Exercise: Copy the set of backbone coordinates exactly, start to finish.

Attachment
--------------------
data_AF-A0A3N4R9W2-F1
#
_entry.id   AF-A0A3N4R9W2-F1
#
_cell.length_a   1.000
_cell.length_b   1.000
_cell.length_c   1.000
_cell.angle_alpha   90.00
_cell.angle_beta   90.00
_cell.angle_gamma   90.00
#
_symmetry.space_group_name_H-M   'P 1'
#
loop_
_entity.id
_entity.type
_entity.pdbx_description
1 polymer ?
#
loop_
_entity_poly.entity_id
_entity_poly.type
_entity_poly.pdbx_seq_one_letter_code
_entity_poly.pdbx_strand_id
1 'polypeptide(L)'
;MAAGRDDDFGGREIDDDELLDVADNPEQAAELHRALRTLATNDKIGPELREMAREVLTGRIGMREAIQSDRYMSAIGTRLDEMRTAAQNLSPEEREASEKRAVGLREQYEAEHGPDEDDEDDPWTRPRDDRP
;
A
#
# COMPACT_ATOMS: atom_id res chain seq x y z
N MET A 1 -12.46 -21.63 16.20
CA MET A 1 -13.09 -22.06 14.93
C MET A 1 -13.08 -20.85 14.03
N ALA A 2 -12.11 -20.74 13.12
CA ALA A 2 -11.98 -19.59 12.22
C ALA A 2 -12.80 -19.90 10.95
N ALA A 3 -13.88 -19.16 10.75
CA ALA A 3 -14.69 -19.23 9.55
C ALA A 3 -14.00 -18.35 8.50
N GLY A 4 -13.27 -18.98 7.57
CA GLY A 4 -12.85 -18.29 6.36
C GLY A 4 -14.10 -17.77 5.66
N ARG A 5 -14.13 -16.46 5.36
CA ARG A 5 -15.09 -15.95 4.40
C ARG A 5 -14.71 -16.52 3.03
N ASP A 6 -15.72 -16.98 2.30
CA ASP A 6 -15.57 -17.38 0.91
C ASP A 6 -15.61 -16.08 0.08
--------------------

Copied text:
data_AF-A0A3N4R9W2-F1
#
_entry.id   AF-A0A3N4R9W2-F1
#
_cell.length_a   1.000
_cell.length_b   1.000
_cell.length_c   1.000
_cell.angle_alpha   90.00
_cell.angle_beta   90.00
_cell.angle_gamma   90.00
#
_symmetry.space_group_name_H-M   'P 1'
#
loop_
_entity.id
_entity.type
_entity.pdbx_description
1 polymer ?
#
loop_
_entity_poly.entity_id
_entity_poly.type
_entity_poly.pdbx_seq_one_letter_code
_entity_poly.pdbx_strand_id
1 'polypeptide(L)'
;MAAGRDDDFGGREIDDDELLDVADNPEQAAELHRALRTLATNDKIGPELREMAREVLTGRIGMREAIQSDRYMSAIGTRLDEMRTAAQNLSPEEREASEKRAVGLREQYEAEHGPDEDDEDDPWTRPRDDRP
;
A
#
# COMPACT_ATOMS: atom_id res chain seq x y z
N MET A 1 -12.46 -21.63 16.20
CA MET A 1 -13.09 -22.06 14.93
C MET A 1 -13.08 -20.85 14.03
N ALA A 2 -12.11 -20.74 13.12
CA ALA A 2 -11.98 -19.59 12.22
C ALA A 2 -12.80 -19.90 10.95
N ALA A 3 -13.88 -19.16 10.75
CA ALA A 3 -14.69 -19.23 9.55
C ALA A 3 -14.00 -18.35 8.50
N GLY A 4 -13.27 -18.98 7.57
CA GLY A 4 -12.85 -18.29 6.36
C GLY A 4 -14.10 -17.77 5.66
N ARG A 5 -14.13 -16.46 5.36
CA ARG A 5 -15.09 -15.95 4.40
C ARG A 5 -14.71 -16.52 3.03
N ASP A 6 -15.72 -16.98 2.30
CA ASP A 6 -15.57 -17.38 0.91
C ASP A 6 -15.61 -16.08 0.08